Amendment Reintroduced Yesterday Aims To Ban Cruel Body-Gripping Traps Within National Wildlife Refuges

Fur Free Alliance

Some positive news from Washington as Senator Cory Booker (D-NJ) reintroduced the Refuge from Cruel Trapping Act, a bill to prohibit the possession or use of body-gripping traps within the National Wildlife Refuge System.

Representative Nita Lowey (D-NY) has sponsored a companion bill in the House of Representatives.

As per the Animal Welfare Institute, a recent national public opinion poll showed that 79 percent of Americans believe trapping on national wildlife refuges should be prohibited, while 88 percent believe wildlife and habitat preservation should be the highest priority of the refuge system.

Sadly, cruel body-gripping traps such as snares, conibear and steel-jaw leg holds are currently allowed on more than half of the nation’s 566 refuges.

The stated mission of the National Wildlife Refuge System (NWRS) is to conserve land and water for the sake of “biological integrity, diversity, and environmental health.”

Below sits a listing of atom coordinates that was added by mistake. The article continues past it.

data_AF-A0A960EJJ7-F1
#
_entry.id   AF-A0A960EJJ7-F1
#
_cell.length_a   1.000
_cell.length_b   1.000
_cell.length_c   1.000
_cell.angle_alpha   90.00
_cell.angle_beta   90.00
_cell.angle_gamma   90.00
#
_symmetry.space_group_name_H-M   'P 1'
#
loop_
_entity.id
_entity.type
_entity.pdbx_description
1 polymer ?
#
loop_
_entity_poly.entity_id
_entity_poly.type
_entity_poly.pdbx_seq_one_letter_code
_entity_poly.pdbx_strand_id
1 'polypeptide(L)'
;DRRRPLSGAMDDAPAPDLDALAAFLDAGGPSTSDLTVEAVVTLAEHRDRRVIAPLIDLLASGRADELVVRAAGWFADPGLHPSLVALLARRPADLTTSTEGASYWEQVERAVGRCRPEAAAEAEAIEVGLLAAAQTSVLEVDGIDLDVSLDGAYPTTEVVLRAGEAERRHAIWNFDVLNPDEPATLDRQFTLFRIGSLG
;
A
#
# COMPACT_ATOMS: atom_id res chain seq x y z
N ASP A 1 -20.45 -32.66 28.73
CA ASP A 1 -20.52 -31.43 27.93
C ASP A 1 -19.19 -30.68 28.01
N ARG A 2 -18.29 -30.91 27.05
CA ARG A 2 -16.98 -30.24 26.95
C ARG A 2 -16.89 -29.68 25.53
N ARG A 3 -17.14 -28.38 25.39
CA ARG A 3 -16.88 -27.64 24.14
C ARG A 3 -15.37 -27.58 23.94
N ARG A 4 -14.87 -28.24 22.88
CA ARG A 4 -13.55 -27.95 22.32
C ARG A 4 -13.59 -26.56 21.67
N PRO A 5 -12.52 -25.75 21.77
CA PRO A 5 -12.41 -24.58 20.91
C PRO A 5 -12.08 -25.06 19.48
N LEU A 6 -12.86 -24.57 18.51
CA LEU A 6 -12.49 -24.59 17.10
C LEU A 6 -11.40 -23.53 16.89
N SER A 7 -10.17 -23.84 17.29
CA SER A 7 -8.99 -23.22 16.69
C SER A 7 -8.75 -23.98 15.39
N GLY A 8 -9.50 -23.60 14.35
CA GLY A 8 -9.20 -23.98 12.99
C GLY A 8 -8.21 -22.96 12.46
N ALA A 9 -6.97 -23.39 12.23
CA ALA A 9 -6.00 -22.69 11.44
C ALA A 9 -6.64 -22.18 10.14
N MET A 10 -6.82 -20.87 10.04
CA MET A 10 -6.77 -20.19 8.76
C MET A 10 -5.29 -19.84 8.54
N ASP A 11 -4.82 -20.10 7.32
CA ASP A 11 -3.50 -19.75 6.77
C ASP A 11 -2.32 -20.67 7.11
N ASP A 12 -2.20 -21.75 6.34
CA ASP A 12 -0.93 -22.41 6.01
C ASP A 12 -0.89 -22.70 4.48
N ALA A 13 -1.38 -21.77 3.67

These spaces are intended as sanctuaries where wildlife can thrive and all Americans can enjoy our great outdoors. Therefore, it is shocking that such traps are allowed within hundreds of refuges.

The use of these horrible devices violates the NWRS’ goal and is a threat to the safety of wildlife, people and pets. The act would ensure that management of these protected lands aligns with the intent behind their preservation.

“We thank Sen. Booker and Rep. Lowey for their determination to end use of cruel traps in our country’s refuges,” said Cathy Liss, AWI president. “Body-gripping traps, such as strangling snares, crushing conibear traps, and steel-jaw leghold traps, are inhumane and inherently nonselective. These traps do not belong on public lands where families enjoy spending time outdoors, and where anyone who trips a trap can become a victim.”

As noted by, the Refuge from Cruel Trapping Act imposes on persons who possess or use such traps in the System: (1) for a first offense, a civil fine of up to $500 for each body-gripping trap possessed or used; and (2) for subsequent offenses, a civil fine of up to $1,000 for each body-gripping trap possessed or used, imprisonment for up to 180 days, or both, a civil fine and imprisonment.

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